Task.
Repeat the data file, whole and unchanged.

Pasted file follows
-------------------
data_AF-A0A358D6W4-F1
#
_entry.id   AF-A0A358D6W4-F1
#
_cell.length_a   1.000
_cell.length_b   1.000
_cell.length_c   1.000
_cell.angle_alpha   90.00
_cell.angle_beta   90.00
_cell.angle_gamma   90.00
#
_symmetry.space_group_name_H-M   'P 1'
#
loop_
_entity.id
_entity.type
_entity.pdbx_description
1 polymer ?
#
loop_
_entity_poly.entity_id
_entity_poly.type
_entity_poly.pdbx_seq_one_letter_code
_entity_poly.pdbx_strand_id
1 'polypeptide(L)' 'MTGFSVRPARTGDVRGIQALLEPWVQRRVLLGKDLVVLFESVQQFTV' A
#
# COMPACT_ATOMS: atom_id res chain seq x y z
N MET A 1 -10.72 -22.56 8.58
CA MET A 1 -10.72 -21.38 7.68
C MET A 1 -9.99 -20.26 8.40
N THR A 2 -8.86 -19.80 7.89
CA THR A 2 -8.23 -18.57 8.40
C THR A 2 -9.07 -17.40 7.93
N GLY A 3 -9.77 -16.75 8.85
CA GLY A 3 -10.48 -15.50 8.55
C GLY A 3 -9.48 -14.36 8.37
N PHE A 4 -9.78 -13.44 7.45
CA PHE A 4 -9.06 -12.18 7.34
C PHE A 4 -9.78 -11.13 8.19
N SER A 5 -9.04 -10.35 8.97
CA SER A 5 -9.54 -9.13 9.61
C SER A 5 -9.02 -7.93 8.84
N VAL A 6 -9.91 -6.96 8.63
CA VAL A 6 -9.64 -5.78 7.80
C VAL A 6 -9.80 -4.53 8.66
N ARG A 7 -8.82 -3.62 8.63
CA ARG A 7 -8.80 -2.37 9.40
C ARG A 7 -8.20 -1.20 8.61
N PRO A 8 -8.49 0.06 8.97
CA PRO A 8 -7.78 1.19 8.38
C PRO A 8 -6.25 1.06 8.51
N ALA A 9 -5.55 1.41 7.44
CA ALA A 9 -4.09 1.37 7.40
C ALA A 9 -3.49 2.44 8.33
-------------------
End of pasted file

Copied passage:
data_AF-A0A358D6W4-F1
#
_entry.id   AF-A0A358D6W4-F1
#
_cell.length_a   1.000
_cell.length_b   1.000
_cell.length_c   1.000
_cell.angle_alpha   90.00
_cell.angle_beta   90.00
_cell.angle_gamma   90.00
#
_symmetry.space_group_name_H-M   'P 1'
#
loop_
_entity.id
_entity.type
_entity.pdbx_description
1 polymer ?
#
loop_
_entity_poly.entity_id
_entity_poly.type
_entity_poly.pdbx_seq_one_letter_code
_entity_poly.pdbx_strand_id
1 'polypeptide(L)' 'MTGFSVRPARTGDVRGIQALLEPWVQRRVLLGKDLVVLFESVQQFTV' A
#
# COMPACT_ATOMS: atom_id res chain seq x y z
N MET A 1 -10.72 -22.56 8.58
CA MET A 1 -10.72 -21.38 7.68
C MET A 1 -9.99 -20.26 8.40
N THR A 2 -8.86 -19.80 7.89
CA THR A 2 -8.23 -18.57 8.40
C THR A 2 -9.07 -17.40 7.93
N GLY A 3 -9.77 -16.75 8.85
CA GLY A 3 -10.48 -15.50 8.55
C GLY A 3 -9.48 -14.36 8.37
N PHE A 4 -9.78 -13.44 7.45
CA PHE A 4 -9.06 -12.18 7.34
C PHE A 4 -9.78 -11.13 8.19
N SER A 5 -9.04 -10.35 8.97
CA SER A 5 -9.54 -9.13 9.61
C SER A 5 -9.02 -7.93 8.84
N VAL A 6 -9.91 -6.96 8.63
CA VAL A 6 -9.64 -5.78 7.80
C VAL A 6 -9.80 -4.53 8.66
N ARG A 7 -8.82 -3.62 8.63
CA ARG A 7 -8.80 -2.37 9.40
C ARG A 7 -8.20 -1.20 8.61
N PRO A 8 -8.49 0.06 8.97
CA PRO A 8 -7.78 1.19 8.38
C PRO A 8 -6.25 1.06 8.51
N ALA A 9 -5.55 1.41 7.44
CA ALA A 9 -4.09 1.37 7.40
C ALA A 9 -3.49 2.44 8.33